In one poll after another, Mr Erdogan and the AKP have hit new lows. In the latest, Mr Erdogan was easily bested by not one but three rivals in proposed head-to-head contests for the presidential election set for June 2023. Mr Erdogan may view Peker as helping place the blame for the AKP’s political failures and Turkey’s economic troubles on Mr Albayrak, Mr Soylu and other AKP parliamentarians, who could then take the fall.

Last week, Mr Soylu asked prosecutors to investigate Peker’s allegations, a move that some observers saw as a prelude to the interior minister’s resignation. The extent to which Peker’s claims are true is impossible to know, but he has offered impressive detail and presented recordings of a pro-government journalist and others to support his allegations.

He has also confessed to his involvement in criminal activities, such as an assault on a former MP and an attack on an opposition newspaper. In addition, Turkey’s T24 news site reports that the underground economy in Istanbul has increased from $3 billion in 2015 to $10bn in 2020, which suggests a growing mafia presence in the country.

Rumour has it that Peker will release 12 videos in all, and the Turkish public is sure to gobble them up. Already on social media they have been studying each like a 21st-century Rosetta Stone, or an episode of Lost. “I’ve started a new #SedatPeker series,” Turkish Twitter user Papatyamm said on Sunday. “Please don’t give me any spoilers.”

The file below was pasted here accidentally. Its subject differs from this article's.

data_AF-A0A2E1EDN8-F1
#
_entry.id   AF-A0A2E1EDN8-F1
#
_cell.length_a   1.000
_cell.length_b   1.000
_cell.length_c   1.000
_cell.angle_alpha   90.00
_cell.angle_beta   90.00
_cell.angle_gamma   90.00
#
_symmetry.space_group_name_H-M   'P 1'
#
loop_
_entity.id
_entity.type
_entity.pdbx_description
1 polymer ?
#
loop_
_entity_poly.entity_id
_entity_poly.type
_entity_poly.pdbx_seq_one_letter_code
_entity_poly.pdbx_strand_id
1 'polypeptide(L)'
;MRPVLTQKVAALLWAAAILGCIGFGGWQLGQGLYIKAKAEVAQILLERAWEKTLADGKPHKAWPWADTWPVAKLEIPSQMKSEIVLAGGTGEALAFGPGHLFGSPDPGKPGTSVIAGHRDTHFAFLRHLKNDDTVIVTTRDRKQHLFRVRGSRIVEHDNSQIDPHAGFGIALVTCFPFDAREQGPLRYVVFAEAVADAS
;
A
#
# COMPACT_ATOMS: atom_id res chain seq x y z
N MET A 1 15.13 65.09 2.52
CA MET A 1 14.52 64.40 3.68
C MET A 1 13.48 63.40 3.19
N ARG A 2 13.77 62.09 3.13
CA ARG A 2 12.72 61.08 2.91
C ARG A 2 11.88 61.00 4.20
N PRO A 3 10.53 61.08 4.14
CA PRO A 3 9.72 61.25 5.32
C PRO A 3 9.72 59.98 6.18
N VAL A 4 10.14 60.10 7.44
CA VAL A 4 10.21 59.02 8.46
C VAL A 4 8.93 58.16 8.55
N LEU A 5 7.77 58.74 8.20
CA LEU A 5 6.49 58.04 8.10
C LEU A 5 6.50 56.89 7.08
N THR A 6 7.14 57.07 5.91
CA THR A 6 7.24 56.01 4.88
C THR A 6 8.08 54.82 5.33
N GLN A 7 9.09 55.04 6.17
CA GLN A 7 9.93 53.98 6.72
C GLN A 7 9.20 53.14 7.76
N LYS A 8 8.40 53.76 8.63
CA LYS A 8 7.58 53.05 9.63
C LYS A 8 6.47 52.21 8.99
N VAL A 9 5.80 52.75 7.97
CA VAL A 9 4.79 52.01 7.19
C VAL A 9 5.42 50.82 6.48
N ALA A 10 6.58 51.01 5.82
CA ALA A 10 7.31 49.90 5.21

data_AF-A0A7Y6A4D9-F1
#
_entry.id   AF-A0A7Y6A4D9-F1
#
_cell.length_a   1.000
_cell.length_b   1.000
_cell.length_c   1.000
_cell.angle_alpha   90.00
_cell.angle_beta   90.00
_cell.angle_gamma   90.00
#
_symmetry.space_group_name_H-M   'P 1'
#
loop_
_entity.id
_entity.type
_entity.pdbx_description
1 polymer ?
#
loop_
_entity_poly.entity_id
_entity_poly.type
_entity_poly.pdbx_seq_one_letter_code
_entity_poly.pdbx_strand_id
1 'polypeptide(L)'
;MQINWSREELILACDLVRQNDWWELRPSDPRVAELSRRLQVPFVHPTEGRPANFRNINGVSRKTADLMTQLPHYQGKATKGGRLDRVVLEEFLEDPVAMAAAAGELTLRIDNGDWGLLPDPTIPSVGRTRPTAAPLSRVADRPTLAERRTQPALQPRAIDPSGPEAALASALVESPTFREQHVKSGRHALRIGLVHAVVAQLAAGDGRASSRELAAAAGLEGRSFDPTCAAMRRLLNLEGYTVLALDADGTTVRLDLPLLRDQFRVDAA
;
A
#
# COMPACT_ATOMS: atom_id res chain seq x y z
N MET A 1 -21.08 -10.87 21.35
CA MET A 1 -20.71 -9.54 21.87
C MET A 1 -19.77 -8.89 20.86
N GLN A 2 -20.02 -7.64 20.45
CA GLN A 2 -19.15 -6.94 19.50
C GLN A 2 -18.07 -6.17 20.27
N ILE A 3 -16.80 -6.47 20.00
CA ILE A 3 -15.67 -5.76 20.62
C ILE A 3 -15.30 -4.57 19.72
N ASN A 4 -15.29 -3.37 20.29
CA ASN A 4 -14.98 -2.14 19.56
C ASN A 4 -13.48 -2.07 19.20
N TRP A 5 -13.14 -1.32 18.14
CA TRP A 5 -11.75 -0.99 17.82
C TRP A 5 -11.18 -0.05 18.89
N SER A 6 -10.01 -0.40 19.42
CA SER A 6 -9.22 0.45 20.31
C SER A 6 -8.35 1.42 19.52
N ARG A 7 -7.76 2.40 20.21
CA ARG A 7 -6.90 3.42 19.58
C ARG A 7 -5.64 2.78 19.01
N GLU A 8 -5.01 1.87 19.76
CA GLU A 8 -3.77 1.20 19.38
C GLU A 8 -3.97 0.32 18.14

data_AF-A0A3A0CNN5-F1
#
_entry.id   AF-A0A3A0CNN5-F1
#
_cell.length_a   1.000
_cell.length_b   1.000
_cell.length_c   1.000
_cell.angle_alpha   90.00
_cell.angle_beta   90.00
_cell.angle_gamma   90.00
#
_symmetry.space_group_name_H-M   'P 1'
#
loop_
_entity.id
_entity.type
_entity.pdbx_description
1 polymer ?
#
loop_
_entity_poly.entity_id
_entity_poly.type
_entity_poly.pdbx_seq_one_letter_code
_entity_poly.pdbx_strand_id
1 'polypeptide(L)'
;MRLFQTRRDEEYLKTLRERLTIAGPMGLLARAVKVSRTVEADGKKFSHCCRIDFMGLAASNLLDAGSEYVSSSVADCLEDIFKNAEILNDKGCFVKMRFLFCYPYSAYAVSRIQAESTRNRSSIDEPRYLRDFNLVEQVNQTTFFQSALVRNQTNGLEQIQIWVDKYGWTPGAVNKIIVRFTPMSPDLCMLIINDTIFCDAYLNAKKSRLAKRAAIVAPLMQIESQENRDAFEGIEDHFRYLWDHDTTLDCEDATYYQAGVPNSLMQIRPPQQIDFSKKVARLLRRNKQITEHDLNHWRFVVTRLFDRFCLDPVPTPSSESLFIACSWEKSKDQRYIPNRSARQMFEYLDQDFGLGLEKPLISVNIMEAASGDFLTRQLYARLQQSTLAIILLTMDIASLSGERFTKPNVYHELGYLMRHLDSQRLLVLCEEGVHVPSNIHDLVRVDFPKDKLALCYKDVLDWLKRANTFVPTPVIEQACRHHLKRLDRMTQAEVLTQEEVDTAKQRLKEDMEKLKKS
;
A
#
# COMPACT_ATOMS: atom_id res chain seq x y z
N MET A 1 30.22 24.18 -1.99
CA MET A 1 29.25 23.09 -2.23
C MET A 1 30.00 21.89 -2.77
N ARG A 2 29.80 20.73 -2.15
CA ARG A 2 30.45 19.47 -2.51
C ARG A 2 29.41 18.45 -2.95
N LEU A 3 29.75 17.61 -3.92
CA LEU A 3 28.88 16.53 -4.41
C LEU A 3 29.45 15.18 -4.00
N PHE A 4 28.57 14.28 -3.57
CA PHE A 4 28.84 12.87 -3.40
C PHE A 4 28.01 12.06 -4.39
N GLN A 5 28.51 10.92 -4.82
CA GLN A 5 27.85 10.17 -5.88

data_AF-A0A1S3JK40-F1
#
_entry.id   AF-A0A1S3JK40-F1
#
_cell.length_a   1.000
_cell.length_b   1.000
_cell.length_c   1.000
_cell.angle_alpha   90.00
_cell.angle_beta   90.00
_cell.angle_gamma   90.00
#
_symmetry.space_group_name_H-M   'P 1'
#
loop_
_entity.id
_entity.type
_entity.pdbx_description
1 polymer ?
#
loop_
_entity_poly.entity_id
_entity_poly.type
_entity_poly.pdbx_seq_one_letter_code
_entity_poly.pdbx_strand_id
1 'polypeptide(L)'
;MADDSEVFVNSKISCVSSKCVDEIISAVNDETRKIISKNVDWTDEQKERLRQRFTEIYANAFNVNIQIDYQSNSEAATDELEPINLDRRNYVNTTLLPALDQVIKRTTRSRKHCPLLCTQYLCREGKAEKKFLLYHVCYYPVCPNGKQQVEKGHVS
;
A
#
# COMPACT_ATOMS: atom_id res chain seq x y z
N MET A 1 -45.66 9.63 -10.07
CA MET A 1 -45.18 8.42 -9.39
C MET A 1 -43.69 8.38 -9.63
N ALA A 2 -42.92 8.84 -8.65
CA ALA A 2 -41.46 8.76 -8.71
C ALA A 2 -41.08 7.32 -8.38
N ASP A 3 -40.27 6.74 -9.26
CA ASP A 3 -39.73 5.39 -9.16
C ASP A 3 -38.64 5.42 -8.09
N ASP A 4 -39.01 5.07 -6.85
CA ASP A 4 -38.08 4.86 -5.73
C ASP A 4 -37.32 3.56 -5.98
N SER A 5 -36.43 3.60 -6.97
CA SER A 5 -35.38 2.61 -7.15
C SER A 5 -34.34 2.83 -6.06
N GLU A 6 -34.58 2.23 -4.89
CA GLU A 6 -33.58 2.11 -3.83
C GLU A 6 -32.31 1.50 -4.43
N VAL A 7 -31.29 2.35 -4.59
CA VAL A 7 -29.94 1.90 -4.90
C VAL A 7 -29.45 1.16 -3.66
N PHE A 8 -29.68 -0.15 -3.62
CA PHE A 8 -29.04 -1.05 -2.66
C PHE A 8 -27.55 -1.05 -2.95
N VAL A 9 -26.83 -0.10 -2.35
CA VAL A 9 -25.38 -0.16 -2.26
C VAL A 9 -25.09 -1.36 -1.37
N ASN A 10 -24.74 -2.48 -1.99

A web page on GoodReads, the leading book review and publishing information site, lists the books Peker has placed on his table for each video. The two Mario Puzo novels and a Godfather sequel are no surprise. But a non-fiction work by the late American journalist Mike Marqusee stands out.

Titled Wicked Messenger in English, the book is about the American singer-songwriter Bob Dylan’s artistic evolution in response to the disturbances of the 1960s. “He can no longer tell the story straight,” writes Marqusee, “because any story told straight is a false one.”

David Lepeska is a Turkish and Eastern Mediterranean affairs columnist for The National

Published: May 24, 2021 08:00 AM